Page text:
What? Only day two of blogging, and already a Hold Steady quote? Oh, yes, readers (I mean mom and dad). Day two.
The day started with a bang. And by bang I mean blog. Then Ahmed and Andrew and I (along with Andrew’s friend Jason) had an outstanding Mexican breakfast at a place called Pesos. They have a program there known as “Breakfast Happy Hour” where all of their enormous and delicious breakfasts cost six dollars. It is probably the most dangerous kind of happy hour for me, because I came dangerously close to a Huevos Rancheros overdose.
From there, we moseyed on down to Pike Place Market. Unfortunately, I forgot my camera. So you’ll just have to trust that we saw hand-blown glass and people throwing fish and fish that people weren’t throwing. Ahmed filled up on free samples of pears. Then we tried to figure out which Starbucks was the original one. The debate was resolved when we all stopped caring about 45 seconds in. So, pretty sweet touristy trip. Trust me. You should have been there.
From there we went back to Andrew’s house and hung out. I had never before benefitted from the west coast phenomenon of sports being on so early that you can watch them on weekday afternoons. I think I could get addicted to that. The World Series came on at 4pm. Amazing.
Ahmed and I headed over to the Columbia City Theater, which was small but pretty lovely. The other comics filtered in a few by a few. It was really swell. It was fun seeing who bonded immediately, who knew each other already, who stayed to themselves, who was “always on.” The production staff gave us a very thorough briefing, and then we descended on a deli plate, swapped local comedy stories from our home towns, and waited for the show to start. I think that shop talk about anything is pretty exclusive to the insiders, but I like to think that comedians have intrinsically more interesting shop talk than most industries. But probably they don’t. It was a great sort of pre-show camaraderie. (And also mid-show camaraderie.)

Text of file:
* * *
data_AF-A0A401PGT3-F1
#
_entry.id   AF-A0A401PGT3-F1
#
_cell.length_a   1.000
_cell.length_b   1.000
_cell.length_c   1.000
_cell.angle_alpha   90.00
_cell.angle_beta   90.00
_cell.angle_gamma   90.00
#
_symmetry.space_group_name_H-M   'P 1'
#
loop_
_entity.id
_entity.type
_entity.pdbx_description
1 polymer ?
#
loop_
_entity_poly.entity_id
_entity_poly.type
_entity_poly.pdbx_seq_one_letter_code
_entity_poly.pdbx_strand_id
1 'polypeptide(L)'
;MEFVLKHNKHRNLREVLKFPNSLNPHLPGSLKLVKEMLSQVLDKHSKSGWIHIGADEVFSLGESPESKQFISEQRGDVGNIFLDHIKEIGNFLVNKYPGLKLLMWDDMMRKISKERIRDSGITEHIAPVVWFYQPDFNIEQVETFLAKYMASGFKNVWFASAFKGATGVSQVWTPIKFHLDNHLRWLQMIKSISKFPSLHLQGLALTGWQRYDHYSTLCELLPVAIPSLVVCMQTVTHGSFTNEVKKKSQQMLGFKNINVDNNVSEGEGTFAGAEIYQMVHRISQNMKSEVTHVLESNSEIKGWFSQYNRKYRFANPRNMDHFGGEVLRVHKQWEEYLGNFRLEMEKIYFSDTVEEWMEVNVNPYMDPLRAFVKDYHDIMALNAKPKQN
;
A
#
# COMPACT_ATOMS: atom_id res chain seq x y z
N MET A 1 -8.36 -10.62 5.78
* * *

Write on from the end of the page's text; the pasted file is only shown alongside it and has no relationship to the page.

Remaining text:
The show itself was really long (16 comics plus a host), and I will not bore you with the details. I did a lot of pacing and fretting, but fortunately the audience stayed loose and enthusiastic until the bitter (I mean awesome) end (me). I felt like I did a really strong job staying myself and not caving in to exhaustion. My set went really well. Although I didn’t place in the top five, lots of people said nice things like “Great set!” which was nice and “You go girl!” which probably wasn’t directed at me. Five more nights of shows! Hooray!
After the show, we hustled across town to Laff Hole, an “alty” show at the rock club Chop Suey to see Brent Weinbach. He is super weird an really really great live. He does lots of audience participatey things and lots of silly voices. His mission statement is to do things that you laugh at without knowing why. And he totally does. It’s like everything he says is an inside joke where you can’t remember exactly how it started, but you just know that it’s obviously funny. His headline-length set flew by because it was so original and compelling. We got a ride to the show from excellent New York comedians Andy Haynes (3rd place last night, yeah!) and Mark Normand. The Laff Hole show had a great vibe of people being out to see and enjoy something weird and late on a week night, which I wish would happen more in Boston.
Overall, it was a great night full of meeting people and seeing good comedy. We ended the evening at 1:30 at an IHOP, so you know it was a success.
The one picture I took is forthcoming.